DAR holds luncheon meeting

The Colonel Abram Penn Chapter of the Daughters of the American Revolution met January 11 for a luncheon meeting at the Landmark Center with 10 members and two guests present. Regent Louise Hansen led the daughters in the DAR ritual, Pledge of Allegiance, and The American’s Creed.
Mary Ann Franklin read the president general’s message about the record number of new members during the last few months and reminded everyone to engage new members in chapter activities right away.
“The Courthouses of Henry and Patrick Counties” was the subject of the program given by Mary Ann Franklin. One name is recognized all the time—Patrick Henry—but Patrick County is the only county in the nation that has his first name.
Patrick County was partitioned in 1790 from Henry County. The justices of Patrick County met at the Jonathan Hanby home and named the county seat Taylorsville. The government building was called the Patrick Court House. In 1884, the town was renamed Stuart in honor of Civil War General James Ewell Brown Stuart.
Henry County was established in 1777 and was carved from Pittsylvania County. It was originally named Patrick Henry County in honor of the Governor Patrick Henry but later changed to Henry County. The courthouse was built in 1824. Franklin displayed photos of both courthouses.
Shelby Cochran’s national defense message described an army artist’s look at the War on Terrorism, 2001-Present. This is an opportunity to see a soldier-artists’ rendition of the conflict and his personal interpretation of how the experience can be depicted. The artwork included in the online book on the War on Terrorism (http://www.history.army.mil/books/wot_artbook/wot_artwork.html) provides a visual history from September 11, 2001 to the present.
Catheryn Vaughn’s Indian Minute recommended ordering a new book about Hiawatha and the Peacemaker. Her flag minute described Chicago Cubs centerfield Rick Monday’s “greatest play in baseball.” On April 25, 1976, at Dodger Stadium in Los Angeles, two protesters ran onto the field and attempted to set fire to a U.S. flag. Rick Monday grabbed the flag and put the fire out. ESPN later named Monday’s effort one of the top 100 plays in all of Major League Baseball history.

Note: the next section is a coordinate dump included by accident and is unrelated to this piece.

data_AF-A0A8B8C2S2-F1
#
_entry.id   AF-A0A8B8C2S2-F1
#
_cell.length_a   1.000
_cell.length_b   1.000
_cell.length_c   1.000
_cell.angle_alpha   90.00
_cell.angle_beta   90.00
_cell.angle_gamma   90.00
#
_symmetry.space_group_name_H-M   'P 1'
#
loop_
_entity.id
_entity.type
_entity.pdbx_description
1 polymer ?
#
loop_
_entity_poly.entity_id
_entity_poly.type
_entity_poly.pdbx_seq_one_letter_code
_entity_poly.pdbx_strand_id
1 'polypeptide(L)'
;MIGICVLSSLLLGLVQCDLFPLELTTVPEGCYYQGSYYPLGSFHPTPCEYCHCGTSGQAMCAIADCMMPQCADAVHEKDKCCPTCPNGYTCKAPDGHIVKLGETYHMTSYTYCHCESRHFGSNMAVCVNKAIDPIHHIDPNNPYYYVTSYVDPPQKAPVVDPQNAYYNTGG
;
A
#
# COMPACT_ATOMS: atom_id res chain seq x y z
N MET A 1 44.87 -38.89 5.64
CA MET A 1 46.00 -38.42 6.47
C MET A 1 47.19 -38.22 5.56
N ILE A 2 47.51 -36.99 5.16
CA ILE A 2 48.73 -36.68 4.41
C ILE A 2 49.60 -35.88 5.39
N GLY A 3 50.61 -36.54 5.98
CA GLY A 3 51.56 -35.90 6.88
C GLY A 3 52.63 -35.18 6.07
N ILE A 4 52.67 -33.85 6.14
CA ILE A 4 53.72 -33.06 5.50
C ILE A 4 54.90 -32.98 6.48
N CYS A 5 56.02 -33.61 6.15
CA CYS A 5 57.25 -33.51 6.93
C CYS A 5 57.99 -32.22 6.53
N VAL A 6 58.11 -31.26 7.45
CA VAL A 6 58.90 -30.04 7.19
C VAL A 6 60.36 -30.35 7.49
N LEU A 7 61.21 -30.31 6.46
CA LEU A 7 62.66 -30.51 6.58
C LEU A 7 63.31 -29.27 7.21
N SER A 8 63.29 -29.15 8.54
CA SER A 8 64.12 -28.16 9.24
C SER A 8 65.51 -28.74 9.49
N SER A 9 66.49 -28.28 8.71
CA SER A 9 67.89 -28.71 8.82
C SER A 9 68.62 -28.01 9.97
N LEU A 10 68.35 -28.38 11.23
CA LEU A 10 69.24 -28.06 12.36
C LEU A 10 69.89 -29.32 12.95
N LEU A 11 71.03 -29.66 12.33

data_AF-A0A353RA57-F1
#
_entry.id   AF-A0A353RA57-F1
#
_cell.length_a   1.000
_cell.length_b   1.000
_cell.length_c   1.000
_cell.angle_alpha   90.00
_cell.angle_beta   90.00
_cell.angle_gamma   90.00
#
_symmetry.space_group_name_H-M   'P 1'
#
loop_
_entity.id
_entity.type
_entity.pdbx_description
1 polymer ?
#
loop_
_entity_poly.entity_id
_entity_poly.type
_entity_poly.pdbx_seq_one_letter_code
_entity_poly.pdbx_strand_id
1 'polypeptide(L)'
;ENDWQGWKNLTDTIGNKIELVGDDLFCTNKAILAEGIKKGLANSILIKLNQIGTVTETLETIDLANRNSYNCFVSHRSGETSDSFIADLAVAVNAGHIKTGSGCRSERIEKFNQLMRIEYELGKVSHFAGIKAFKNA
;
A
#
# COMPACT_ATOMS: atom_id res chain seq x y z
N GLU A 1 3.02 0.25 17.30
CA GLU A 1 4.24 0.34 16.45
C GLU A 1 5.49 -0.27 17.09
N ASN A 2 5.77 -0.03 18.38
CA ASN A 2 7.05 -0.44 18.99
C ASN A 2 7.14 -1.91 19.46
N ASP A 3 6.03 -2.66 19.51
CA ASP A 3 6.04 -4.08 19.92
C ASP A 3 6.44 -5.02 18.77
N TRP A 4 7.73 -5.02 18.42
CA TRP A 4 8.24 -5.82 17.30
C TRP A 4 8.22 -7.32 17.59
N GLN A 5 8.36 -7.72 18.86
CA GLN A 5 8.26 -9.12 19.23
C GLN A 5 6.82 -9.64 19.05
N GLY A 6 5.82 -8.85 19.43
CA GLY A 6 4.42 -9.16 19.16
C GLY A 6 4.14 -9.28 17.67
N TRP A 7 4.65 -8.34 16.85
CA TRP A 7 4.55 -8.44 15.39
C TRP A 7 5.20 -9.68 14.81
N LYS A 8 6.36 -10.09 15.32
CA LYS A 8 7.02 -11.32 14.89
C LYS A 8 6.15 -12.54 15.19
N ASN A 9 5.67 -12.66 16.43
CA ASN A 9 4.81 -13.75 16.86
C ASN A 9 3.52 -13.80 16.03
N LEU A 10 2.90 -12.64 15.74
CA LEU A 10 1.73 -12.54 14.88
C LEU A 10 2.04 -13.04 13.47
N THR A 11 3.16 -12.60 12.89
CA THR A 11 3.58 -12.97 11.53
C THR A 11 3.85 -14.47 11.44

For the conservation minute, Regent Hansen told how Onie Vaughn and family had planted three trees in memory of her husband Cecil and other family members.
Flo Bell gave these numbers for her health minute: 200-plus cold viruses exist; three to eight colds are how many the average child will get a year; 93 mph is the rate at which air particles travel out of your nose and mouth when you sneeze; five minutes is the length of time germs can live on hands; one to two days is how long cold germs can live on hard surfaces, such as a doorknob or pen; eight to 12 hours is how long a cold virus remains on cloth, tissue or paper; and 30 seconds is how long you should scrub your hands to kill germs.
Janice Axelson gave an interesting talk about Molly Pitcher, possibly a legend that appears to be based on the stories to two women: Margaret Cochran Corbin and Mary Ludwig Hayes McCauley. In 1778, Mary was following her first husband, William Hays, a artillery man in the Continental Army, and was carrying buckets of water on the battle field. Her husband collapsed during the battle and Molly took up his duties at the cannon, loading and firing it herself.
Margaret Corbin’s had a similar story. She took over a cannon at the Battle of Fort Washington when her husband was killed in 1776. She was wounded during the battle. Both Mary and Margaret received pensions from a state or federal government.
Regent Hansen reminded the members of the State Conference in Richmond VA March 11-13. The meeting was adjourned with the benediction.
Betty Banks


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